It’s happened. I saw my first back-to-school ad this week and it immediately inspired dread. While I haven’t attended school in, erm, quite some time, I still feel joy at the end of June and sadness when September hits. That’s some solid childhood programming right there. And every year I feel indignant when people lament the end of summer when the season is barely over a month old. We wait for summer all year here in Canada, let’s not hasten it out the door, shall we? So in an effort to keep the good times rolling, I give you the most summer-friendly food I can think of – pork back ribs, Char Sui Back Ribs to be exact.
Now, these Char Sui Back Ribs are not technically Char Sui because char sui translates to “fork roasted”. Originally, char sui was prepared by stringing long strips of marinated boneless pork onto long forks before placing them in an oven or over hot coals. Char sui is typically made using pork shoulder or collar. Essentially any cut of pork that is well-marbled is best for char sui. The pork is lacquered in a tell-tale red, sweet, and salty glaze that makes char sui instantly recognizable.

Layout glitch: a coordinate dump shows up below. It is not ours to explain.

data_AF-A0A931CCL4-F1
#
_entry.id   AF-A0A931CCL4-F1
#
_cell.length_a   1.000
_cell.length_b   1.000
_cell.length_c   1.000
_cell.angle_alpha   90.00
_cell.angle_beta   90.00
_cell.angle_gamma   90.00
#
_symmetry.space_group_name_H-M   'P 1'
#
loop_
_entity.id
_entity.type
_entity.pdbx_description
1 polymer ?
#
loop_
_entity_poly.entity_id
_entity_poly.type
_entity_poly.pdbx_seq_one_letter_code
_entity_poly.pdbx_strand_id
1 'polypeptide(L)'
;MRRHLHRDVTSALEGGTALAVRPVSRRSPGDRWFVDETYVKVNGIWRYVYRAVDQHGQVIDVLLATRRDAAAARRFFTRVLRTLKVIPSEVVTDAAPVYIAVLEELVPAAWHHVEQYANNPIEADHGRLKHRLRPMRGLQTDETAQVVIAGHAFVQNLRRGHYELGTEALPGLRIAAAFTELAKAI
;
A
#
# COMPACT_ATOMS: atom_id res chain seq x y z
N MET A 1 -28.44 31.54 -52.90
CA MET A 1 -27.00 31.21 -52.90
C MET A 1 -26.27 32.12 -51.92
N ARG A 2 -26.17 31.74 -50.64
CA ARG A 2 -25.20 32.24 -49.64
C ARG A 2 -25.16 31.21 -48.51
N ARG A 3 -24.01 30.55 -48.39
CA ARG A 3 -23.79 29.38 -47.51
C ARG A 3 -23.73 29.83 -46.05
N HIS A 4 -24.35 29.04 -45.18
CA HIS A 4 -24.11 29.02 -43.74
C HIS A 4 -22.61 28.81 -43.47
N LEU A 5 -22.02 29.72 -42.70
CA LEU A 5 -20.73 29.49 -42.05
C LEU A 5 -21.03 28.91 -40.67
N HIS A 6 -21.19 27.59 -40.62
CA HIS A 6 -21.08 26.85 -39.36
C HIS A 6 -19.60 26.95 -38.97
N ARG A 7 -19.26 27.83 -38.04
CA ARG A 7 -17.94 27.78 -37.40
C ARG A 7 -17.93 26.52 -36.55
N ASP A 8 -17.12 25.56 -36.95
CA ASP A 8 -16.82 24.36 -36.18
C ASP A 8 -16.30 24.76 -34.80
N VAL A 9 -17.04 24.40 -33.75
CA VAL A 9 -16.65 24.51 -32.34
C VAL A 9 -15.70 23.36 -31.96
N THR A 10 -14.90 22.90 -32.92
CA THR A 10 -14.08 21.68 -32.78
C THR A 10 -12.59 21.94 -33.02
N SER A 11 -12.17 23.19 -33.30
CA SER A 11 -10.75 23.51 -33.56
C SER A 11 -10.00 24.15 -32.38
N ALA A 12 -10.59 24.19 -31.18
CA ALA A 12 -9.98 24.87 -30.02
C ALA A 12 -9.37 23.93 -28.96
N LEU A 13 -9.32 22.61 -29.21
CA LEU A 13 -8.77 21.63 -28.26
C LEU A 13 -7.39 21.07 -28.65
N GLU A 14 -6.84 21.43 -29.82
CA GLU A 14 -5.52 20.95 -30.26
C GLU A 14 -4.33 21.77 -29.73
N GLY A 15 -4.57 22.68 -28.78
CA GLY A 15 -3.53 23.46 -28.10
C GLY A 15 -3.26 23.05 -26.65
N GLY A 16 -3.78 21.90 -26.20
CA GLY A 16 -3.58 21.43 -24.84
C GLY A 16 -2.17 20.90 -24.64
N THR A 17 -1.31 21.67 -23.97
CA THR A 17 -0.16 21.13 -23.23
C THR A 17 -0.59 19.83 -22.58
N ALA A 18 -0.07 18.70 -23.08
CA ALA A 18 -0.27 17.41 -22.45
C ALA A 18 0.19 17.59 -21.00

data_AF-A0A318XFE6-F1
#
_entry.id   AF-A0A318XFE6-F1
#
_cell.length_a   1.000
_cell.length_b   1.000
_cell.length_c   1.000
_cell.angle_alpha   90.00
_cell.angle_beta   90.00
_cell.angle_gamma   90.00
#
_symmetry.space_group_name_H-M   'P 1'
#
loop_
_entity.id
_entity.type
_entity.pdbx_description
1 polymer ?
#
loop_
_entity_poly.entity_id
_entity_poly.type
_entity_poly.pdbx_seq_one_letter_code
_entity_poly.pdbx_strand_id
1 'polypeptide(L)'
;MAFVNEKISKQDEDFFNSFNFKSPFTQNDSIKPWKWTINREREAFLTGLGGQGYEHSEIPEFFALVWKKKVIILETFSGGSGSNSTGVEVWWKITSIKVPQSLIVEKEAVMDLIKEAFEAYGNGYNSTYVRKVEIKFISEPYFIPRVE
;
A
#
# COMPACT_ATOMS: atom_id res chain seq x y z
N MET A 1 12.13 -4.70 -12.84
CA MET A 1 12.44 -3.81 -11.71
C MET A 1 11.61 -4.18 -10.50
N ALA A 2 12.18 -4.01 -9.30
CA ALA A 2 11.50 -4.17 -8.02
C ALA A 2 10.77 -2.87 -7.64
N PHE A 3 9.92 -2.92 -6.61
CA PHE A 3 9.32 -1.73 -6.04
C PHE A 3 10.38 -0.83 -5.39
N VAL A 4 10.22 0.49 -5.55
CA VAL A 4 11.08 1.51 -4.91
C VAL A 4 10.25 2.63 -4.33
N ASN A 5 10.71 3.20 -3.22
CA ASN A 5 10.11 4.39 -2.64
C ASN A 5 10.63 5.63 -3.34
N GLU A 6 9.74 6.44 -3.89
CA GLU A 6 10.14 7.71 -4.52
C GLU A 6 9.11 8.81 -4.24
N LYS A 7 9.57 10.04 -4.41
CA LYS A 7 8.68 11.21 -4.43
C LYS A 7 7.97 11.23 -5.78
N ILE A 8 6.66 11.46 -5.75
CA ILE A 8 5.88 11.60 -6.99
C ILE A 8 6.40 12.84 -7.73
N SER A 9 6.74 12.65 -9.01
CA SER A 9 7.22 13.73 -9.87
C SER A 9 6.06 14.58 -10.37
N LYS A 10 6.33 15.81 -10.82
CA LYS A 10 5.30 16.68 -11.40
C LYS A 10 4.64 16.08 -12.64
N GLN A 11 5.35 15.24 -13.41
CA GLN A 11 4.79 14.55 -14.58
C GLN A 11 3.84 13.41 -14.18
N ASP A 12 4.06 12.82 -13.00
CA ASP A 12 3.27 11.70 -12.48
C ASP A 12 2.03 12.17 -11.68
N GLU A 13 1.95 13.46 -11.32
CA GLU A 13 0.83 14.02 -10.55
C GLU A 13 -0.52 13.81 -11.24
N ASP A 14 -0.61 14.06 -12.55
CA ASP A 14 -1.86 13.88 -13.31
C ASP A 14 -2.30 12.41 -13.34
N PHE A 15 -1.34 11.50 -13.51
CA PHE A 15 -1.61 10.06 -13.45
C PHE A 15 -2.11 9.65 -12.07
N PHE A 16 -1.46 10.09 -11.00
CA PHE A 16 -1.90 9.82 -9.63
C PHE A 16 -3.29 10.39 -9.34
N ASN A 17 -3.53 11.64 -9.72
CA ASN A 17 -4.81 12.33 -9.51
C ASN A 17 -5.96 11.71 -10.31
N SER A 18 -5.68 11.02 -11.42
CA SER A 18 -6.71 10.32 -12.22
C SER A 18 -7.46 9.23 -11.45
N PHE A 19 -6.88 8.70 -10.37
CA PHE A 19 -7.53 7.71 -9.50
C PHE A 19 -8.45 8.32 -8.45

In traditional preparations, the red hue comes from red yeast rice, a reddish, purple fermented rice. It’s difficult to find in my neck of the woods, so I added a few drops of red food coloring to my glaze. You can skip this step if you aren’t one for artificial colors. But I feel like char sui just isn’t char sui unless it’s glossy and red. There is no scientific reasoning behind this; yes, it is most likely a psychological thing, but I swear it’s true.
Transferring the flavors of char sui to a rib recipe was remarkably simple. I’m sure that doesn’t surprise you. Char sui is Cantonese BBQ pork after all. And baby back ribs are a North American BBQ classic. It really isn’t a stretch to combine the two. But of course, there are a few differences between the dishes.